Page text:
Bill Walsh won three Superbowls with the San Francisco 49ers. When he took over as head coach in 1979 they were arguably the worst team in American football history. Within two years they were the best. This sympathetic and honest book, published after Walsh’s death in 2007, but largely in his own words, explains in detail the methods he used to achieve extraordinary success. MORE
VIDEO: Sharper ruck decisions
Practise your tackle and post-tackle decision-making in a game-related activity.
When you call a colour
- The ball carrier and tackler become live.
- Support players round the coloured cone and then join the ruck/contact area.
Note: If you shout hands off, then they must take their hands off. Even if they’ve won/think they’ve won the ball.
- Increase/decrease players.
- Enlarge/reduce the box to:
- – Favour the tackler bouncing to his feet looking to steal the ball.
- – Increase/reduce tackle intensity (smaller grid = less momentum and as such a lower impact)
- – Isolate the ball carrier from his support (he may need to fight to stay on his feet longer)/help the defence make turnovers.
Look for players make good decisions in and around the ruck, some examples are:
- Tackler gets to feet and disrupts or steals opponents ball
- Ball is lost but tackler is on his feet:
- – So defence set guard behind the ruck and next defender bounces out.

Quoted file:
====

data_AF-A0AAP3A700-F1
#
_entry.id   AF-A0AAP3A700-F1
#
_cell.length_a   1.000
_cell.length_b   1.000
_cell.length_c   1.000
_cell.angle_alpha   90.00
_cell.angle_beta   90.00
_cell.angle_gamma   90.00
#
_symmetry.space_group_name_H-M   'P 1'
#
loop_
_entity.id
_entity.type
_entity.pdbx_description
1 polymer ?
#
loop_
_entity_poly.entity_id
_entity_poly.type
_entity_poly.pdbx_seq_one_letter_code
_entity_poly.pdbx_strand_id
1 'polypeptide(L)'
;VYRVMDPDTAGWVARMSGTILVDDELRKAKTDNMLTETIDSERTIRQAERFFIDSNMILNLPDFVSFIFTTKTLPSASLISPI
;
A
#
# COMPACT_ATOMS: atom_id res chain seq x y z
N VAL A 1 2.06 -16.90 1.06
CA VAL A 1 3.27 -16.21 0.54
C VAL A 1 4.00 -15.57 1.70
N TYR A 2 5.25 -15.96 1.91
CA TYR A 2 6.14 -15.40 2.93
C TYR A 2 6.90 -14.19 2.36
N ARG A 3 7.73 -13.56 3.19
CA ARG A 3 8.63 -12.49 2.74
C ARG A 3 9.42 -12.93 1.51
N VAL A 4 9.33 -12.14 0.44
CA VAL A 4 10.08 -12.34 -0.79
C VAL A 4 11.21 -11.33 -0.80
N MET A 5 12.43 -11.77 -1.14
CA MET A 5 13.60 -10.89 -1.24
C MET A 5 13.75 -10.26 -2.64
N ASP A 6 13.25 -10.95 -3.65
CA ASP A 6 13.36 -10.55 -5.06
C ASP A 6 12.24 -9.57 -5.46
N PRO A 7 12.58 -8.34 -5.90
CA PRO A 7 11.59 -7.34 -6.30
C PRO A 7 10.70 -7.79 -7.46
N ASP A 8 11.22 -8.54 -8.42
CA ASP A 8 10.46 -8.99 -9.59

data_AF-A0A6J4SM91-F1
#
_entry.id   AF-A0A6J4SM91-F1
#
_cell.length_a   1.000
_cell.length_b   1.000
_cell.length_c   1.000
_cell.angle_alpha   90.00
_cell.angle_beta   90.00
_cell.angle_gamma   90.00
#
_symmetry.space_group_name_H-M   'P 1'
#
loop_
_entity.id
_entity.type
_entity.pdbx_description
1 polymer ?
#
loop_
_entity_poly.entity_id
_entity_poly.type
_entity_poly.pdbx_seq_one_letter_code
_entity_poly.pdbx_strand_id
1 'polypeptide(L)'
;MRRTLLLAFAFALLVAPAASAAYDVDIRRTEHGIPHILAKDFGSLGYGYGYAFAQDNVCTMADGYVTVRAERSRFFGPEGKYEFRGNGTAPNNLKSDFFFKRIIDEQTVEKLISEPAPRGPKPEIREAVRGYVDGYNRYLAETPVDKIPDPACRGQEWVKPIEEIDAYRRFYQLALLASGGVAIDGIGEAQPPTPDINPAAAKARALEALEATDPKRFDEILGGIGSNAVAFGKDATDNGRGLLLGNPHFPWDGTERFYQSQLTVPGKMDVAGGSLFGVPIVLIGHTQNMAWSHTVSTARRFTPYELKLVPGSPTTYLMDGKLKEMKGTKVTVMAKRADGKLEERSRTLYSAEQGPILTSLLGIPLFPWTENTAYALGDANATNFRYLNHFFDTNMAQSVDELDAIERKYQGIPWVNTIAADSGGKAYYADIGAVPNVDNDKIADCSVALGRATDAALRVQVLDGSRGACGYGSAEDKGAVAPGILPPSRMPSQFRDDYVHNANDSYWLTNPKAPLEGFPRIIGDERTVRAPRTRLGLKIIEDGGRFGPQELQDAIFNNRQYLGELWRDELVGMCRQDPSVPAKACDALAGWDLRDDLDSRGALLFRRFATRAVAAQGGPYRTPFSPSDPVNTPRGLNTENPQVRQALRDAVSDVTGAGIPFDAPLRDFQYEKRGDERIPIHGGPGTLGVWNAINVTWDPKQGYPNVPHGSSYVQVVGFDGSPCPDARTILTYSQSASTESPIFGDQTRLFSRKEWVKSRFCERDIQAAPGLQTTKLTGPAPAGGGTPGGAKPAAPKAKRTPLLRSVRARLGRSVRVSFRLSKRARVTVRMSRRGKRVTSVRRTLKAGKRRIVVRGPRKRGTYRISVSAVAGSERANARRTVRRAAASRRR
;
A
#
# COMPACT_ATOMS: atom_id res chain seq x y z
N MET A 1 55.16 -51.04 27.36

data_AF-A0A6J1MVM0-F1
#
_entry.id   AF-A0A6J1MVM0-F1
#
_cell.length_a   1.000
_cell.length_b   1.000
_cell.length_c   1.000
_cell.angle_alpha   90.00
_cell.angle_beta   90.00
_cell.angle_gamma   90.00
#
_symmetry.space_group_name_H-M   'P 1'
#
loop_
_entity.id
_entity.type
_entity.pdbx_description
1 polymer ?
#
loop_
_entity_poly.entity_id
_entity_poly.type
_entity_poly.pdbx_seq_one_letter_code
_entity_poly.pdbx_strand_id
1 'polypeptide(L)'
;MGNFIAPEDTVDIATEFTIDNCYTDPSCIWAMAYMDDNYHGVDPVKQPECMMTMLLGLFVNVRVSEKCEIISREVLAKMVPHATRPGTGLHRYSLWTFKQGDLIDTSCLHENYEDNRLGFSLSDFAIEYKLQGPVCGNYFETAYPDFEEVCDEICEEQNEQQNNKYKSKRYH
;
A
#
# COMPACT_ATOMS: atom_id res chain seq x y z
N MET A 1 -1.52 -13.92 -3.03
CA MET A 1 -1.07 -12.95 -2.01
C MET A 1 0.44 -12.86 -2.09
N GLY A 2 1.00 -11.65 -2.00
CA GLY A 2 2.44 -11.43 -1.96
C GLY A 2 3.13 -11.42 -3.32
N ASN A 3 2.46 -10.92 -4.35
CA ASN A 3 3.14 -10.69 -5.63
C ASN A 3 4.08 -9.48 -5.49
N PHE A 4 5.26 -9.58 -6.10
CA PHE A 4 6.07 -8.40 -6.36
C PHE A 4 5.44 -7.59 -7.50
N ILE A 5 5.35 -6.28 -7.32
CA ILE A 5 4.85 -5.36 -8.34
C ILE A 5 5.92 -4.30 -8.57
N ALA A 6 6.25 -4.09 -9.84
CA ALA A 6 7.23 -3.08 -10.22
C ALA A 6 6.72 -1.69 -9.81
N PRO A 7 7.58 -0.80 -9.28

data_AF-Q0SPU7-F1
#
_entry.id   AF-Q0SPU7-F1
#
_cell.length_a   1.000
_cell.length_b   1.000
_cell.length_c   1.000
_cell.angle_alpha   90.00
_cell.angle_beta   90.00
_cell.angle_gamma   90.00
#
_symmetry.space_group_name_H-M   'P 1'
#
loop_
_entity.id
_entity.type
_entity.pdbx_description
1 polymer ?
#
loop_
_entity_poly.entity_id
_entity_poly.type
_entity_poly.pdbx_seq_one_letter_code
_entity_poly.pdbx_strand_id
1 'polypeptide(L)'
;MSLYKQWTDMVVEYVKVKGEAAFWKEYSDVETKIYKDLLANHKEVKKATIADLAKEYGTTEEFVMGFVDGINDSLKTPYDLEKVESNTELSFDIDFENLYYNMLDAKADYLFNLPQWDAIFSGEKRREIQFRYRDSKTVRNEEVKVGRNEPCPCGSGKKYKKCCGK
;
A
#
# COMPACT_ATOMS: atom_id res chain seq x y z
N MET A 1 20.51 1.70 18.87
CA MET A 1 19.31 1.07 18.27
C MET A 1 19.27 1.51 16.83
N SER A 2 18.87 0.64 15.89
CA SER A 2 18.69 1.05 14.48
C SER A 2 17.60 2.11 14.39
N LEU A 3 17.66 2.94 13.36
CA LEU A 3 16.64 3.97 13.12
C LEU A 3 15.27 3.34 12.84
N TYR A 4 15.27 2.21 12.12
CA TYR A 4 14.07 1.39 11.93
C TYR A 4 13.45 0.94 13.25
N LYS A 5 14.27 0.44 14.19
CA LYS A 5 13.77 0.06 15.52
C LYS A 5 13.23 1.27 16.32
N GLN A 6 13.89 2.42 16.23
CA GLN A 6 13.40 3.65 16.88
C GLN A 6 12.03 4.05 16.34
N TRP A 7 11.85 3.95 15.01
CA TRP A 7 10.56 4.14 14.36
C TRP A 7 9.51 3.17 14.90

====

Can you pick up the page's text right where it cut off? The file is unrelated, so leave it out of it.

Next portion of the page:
- – The tackler is not on feet so next defender sets guard.
Be strict on tackle height
As you can see we encountered some high tackles because of the proximity of players at the start.
- Reaffirm they need to go low for safety and legality.
- Concussions number one cause is high tackles
Allow them to play what unfolds in front of them, for example:
Even though it was not the intention of the exercise when offloads crept into the drill we allowed it – as it was an unforeseen solution to the exercise.
Ask players to work hard on communication, for example:
- When to and who will counter ruck, ball carrier or support?
- Who is guard?
Focus on body position post-contact, do they have:
- Bent knees ready to meet opposition support players as they enter the ruck?
- Are they supporting their own weight?
- Is the chin up scanning ahead with a straight back?
- What is the ball carrier doing on the ground?
- Are they in a strong L shape?
- Are they long?
- Are they safe?
- Are they placing the ball when the traffic is gone?
- Can they release and get to their feet and play again?
As you can see we are doing this in fours, you may want to:
- Run multiple drills at once (we have a reduced squad but if you have more players make sure you keep them active)
- Ask those not involved to provide feedback.
- Increase the group size and play attack defence off what unfolds.
This is an activity the Jordan Rugby Sevens Squad have been using to practise their tackle and post-tackle decision-making ahead of the Asia Rugby Sevens Trophy in Singapore.